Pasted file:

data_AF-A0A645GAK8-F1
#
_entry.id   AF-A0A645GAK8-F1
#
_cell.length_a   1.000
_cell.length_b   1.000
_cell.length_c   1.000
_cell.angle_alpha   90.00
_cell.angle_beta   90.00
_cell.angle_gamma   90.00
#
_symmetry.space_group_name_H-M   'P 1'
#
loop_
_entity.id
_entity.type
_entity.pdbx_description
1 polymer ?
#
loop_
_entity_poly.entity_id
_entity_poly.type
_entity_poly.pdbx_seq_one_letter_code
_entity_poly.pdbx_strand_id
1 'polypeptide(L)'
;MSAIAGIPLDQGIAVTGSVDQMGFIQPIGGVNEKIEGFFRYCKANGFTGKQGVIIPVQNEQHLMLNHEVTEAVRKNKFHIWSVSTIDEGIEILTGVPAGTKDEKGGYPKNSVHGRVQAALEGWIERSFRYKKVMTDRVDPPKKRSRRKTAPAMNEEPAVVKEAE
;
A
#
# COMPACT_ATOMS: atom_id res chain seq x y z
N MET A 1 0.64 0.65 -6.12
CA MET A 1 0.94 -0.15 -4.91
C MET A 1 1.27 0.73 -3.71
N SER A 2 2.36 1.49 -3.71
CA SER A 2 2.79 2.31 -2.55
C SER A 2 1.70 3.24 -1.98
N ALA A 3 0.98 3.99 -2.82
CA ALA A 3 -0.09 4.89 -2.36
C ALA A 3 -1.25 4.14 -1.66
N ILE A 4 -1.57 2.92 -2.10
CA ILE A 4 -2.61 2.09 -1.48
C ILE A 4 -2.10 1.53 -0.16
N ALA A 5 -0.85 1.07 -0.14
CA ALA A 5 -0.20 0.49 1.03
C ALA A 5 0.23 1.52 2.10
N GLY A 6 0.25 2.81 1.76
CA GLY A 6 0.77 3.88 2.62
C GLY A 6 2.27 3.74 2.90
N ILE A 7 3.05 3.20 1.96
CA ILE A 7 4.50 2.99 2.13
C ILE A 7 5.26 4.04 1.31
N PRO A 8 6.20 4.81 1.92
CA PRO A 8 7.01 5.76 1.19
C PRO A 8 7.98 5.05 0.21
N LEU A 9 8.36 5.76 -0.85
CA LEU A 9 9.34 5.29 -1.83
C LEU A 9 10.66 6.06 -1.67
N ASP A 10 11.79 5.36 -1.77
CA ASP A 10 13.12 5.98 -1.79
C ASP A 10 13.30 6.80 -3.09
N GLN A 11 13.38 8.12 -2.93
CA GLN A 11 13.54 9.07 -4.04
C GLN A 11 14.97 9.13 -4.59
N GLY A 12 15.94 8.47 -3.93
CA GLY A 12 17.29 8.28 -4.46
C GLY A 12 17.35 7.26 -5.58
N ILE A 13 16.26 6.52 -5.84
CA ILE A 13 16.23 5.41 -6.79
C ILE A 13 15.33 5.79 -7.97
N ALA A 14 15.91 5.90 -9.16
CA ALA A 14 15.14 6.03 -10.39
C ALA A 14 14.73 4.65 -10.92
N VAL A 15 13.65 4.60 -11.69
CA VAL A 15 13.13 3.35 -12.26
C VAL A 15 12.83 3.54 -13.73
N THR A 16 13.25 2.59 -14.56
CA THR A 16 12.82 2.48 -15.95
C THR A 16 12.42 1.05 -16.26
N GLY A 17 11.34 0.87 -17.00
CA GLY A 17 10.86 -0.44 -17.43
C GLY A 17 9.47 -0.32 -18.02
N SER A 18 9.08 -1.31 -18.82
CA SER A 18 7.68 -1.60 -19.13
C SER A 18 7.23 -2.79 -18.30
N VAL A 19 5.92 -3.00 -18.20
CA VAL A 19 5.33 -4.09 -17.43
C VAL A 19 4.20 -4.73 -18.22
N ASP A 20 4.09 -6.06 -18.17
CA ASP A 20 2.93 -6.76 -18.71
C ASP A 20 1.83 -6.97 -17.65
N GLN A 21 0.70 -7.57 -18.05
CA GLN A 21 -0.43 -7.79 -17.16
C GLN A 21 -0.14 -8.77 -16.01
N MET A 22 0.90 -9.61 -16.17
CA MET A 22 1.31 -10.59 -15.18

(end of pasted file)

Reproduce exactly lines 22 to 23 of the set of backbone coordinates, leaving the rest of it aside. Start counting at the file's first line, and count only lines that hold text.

_entity_poly.type
_entity_poly.pdbx_seq_one_letter_code